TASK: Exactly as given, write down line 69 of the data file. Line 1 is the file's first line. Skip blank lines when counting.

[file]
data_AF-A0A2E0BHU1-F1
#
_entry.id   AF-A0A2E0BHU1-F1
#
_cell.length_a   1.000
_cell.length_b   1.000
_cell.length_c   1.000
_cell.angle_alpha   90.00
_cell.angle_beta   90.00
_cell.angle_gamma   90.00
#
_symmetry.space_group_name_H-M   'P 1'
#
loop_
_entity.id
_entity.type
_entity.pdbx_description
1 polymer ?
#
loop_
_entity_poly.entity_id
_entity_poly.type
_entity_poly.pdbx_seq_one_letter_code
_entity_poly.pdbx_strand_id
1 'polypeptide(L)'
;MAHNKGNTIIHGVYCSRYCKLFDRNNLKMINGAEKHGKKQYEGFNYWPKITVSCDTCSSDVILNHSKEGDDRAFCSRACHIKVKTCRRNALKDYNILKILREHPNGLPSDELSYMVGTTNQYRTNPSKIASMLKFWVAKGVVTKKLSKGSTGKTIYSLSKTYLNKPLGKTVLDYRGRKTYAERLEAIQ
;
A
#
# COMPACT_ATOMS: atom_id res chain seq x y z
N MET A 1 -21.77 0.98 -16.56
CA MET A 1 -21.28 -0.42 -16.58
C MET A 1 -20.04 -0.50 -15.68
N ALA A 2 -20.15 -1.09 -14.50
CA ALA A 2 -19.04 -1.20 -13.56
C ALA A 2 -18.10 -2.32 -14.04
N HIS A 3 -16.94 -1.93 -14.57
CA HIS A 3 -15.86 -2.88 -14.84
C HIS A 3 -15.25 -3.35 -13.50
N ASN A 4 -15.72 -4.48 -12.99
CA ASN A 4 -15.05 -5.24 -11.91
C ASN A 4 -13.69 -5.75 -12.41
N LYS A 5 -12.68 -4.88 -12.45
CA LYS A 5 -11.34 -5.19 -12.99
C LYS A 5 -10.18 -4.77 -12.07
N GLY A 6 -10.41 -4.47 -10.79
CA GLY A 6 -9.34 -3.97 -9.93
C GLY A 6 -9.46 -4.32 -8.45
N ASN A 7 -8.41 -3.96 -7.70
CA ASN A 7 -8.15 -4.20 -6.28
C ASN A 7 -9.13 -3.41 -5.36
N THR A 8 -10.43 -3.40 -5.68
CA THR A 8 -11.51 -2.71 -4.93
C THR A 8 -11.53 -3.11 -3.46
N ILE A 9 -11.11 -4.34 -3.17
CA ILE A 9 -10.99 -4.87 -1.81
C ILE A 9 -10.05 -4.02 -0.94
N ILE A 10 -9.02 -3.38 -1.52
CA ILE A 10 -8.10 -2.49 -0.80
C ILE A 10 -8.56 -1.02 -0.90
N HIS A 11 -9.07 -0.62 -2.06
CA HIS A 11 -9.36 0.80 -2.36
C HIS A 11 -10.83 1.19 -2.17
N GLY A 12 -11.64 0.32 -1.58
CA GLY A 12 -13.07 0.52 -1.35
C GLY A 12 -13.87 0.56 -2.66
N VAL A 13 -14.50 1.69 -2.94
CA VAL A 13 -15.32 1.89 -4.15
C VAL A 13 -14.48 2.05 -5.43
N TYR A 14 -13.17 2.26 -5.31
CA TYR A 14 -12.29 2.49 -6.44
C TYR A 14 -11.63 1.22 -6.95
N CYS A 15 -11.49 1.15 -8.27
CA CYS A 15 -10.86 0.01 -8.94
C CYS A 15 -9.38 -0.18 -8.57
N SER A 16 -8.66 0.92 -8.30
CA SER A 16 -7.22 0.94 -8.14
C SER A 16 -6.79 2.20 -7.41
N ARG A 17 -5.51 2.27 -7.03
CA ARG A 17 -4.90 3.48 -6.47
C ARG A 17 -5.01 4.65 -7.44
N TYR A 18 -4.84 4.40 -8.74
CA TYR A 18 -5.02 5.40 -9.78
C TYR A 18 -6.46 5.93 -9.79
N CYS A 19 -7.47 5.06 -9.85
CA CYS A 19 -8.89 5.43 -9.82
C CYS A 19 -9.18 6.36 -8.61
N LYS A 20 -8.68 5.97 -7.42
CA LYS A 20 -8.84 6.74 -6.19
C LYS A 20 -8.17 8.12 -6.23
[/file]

C VAL A 13 -14.48 2.05 -5.43